Do young women with early ovarian ageing (EOA), defined as unexplained, and repeatedly few oocytes harvested in ART have an increased risk of age-related events?
At follow-up, women with idiopathic EOA had an increased risk of age-related events compared to women with normal ovarian ageing (NOA).
Early and premature menopause is associated with an increased risk of cardiovascular diseases (CVDs), osteoporosis and death. In young women, repeated harvest of few oocytes in well-stimulated ART cycles is a likely predictor of advanced menopausal age and may thus serve as an early marker of accelerated general ageing.
A register-based national, historical cohort study. Young women (≤37 years) having their first ART treatment in a public or private fertility clinic during the period 1995-2014 were divided into two groups depending on ovarian reserve status: EOA (n = 1222) and NOA (n = 16 385). Several national registers were applied to assess morbidity and mortality.
EOA was defined as ≤5 oocytes harvested in a minimum of two FSH-stimulated cycles and NOA as ≥8 oocytes in at least one cycle. Cases with known causes influencing the ovarian reserve (endometriosis, ovarian surgery, polycystic ovary syndrome, chemotherapy etc.) were excluded. To investigate for early signs of ageing, primary outcome was an overall risk of ageing-related events, defined as a diagnosis of either CVD, osteoporosis, type 2 diabetes, cancer, cataract, Alzheimer’s or Parkinson’s disease, by death of any-cause as well as a Charlson comorbidity index score of ≥1 or by registration of early retirement benefit. Cox regression models were used to assess the risk of these events. Exposure status was defined 1 year after the first ART cycle to assure reliable classification, and time-to-event was measured from that time point.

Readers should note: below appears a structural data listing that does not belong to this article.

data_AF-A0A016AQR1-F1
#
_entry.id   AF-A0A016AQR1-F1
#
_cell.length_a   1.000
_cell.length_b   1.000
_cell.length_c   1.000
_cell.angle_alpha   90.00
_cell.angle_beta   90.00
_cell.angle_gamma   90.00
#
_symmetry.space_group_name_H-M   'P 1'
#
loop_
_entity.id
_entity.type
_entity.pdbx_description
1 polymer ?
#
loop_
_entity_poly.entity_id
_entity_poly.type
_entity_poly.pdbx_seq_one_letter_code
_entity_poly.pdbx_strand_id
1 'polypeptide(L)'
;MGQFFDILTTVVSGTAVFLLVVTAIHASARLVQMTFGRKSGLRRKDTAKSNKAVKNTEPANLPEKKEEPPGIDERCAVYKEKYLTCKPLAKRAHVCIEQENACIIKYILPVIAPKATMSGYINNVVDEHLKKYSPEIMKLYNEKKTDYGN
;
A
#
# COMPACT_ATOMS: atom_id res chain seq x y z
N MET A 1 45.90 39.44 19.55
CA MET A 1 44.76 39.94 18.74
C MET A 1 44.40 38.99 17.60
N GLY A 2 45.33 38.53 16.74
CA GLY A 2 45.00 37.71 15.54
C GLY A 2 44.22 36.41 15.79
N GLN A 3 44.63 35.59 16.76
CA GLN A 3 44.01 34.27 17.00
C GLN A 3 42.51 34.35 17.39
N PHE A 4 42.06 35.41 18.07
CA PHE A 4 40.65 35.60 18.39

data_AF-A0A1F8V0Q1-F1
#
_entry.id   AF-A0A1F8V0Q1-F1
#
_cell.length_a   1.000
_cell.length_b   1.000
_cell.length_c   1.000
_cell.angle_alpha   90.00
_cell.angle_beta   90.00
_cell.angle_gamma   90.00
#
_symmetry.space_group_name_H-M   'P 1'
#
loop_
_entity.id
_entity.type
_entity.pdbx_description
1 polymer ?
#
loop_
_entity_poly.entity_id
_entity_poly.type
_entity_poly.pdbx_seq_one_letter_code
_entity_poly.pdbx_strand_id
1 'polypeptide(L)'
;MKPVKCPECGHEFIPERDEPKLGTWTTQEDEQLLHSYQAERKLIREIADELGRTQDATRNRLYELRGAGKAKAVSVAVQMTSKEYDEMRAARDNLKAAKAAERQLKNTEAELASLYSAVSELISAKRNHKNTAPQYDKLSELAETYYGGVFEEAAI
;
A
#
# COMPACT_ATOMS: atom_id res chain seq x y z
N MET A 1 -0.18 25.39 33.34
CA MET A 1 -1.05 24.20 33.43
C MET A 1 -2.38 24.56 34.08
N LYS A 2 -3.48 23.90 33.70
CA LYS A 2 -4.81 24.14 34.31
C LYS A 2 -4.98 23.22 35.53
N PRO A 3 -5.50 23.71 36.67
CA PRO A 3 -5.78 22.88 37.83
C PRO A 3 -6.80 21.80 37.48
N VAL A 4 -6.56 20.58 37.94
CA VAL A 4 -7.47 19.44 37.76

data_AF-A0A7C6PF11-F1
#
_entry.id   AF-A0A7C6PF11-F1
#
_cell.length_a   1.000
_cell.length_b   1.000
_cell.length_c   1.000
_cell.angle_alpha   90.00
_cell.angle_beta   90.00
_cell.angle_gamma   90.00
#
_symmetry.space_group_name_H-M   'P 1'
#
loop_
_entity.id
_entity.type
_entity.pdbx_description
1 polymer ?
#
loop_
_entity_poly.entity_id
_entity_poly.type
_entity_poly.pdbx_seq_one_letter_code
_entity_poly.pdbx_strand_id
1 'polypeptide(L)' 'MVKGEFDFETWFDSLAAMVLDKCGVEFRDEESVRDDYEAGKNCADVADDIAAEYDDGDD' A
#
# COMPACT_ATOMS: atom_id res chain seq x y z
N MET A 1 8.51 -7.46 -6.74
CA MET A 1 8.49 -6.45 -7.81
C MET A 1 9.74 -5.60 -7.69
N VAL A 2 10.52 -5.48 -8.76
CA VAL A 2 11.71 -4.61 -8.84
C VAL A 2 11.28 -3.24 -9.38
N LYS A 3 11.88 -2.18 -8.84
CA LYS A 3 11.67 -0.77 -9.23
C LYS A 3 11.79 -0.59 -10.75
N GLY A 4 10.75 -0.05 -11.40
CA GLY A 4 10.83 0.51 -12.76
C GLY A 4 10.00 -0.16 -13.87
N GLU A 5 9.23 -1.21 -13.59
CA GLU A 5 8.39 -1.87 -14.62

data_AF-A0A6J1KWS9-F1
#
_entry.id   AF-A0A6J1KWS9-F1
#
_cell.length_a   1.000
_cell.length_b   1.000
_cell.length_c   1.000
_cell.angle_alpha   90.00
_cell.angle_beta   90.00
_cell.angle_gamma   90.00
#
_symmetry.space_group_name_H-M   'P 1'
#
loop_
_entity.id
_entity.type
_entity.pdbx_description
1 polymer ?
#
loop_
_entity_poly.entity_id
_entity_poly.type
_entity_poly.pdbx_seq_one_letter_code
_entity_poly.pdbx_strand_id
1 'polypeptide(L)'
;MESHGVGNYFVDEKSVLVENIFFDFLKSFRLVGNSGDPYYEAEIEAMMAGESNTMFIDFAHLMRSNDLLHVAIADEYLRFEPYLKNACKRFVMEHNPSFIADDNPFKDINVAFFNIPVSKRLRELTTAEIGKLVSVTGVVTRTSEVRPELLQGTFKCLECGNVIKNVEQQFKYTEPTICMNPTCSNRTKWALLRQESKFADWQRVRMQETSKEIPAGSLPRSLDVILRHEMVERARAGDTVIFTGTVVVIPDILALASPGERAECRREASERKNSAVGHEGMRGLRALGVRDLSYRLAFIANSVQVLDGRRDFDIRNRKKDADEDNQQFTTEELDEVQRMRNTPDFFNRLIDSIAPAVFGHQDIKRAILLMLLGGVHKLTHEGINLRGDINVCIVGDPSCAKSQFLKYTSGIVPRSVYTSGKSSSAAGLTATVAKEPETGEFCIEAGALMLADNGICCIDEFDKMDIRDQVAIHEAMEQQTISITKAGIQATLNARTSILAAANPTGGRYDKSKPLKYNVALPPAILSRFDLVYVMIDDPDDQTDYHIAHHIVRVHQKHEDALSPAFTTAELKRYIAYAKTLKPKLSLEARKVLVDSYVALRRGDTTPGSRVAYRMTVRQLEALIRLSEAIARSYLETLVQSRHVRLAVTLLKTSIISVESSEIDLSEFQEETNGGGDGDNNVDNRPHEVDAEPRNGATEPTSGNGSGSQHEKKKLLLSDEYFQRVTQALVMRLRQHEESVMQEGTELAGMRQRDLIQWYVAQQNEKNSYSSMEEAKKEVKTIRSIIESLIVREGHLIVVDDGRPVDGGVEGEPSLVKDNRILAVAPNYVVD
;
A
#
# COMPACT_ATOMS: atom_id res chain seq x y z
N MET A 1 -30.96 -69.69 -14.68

Median follow-up time from baseline to first event was 4.9 years (10/90 percentile 0.7/11.8) and 6.4 years (1.1/13.3) in the EOA and NOA group, respectively. Women with EOA had an increased risk of ageing-related events when compared to women with a normal oocyte yield (adjusted hazard ratio 1.24, 95% CI 1.08 to 1.43). Stratifying on categories, the EOA group had a significantly increased risk for CVD (1.44, 1.19 to 1.75) and osteoporosis (2.45, 1.59 to 3.90). Charlson comorbidity index (1.15, 0.93 to 1.41) and early retirement benefit (1.21, 0.80 to 1.83) was also increased, although not reaching statistical significance.
Cycles never reaching oocyte aspiration were left out of account in the inclusion process and we may therefore have missed women with the most severe forms of EOA. We had no information on the total doses of gonadotrophin administered in each cycle.
These findings indicate that oocyte yield may serve as marker of later accelerated ageing when, unexpectedly, repeatedly few oocytes are harvested in young women. Counselling on life-style factors as a prophylactic effort against cardiovascular and other age-related diseases may be essential for this group of women.
No external funding was received for this study. All authors declare no conflict of interest.

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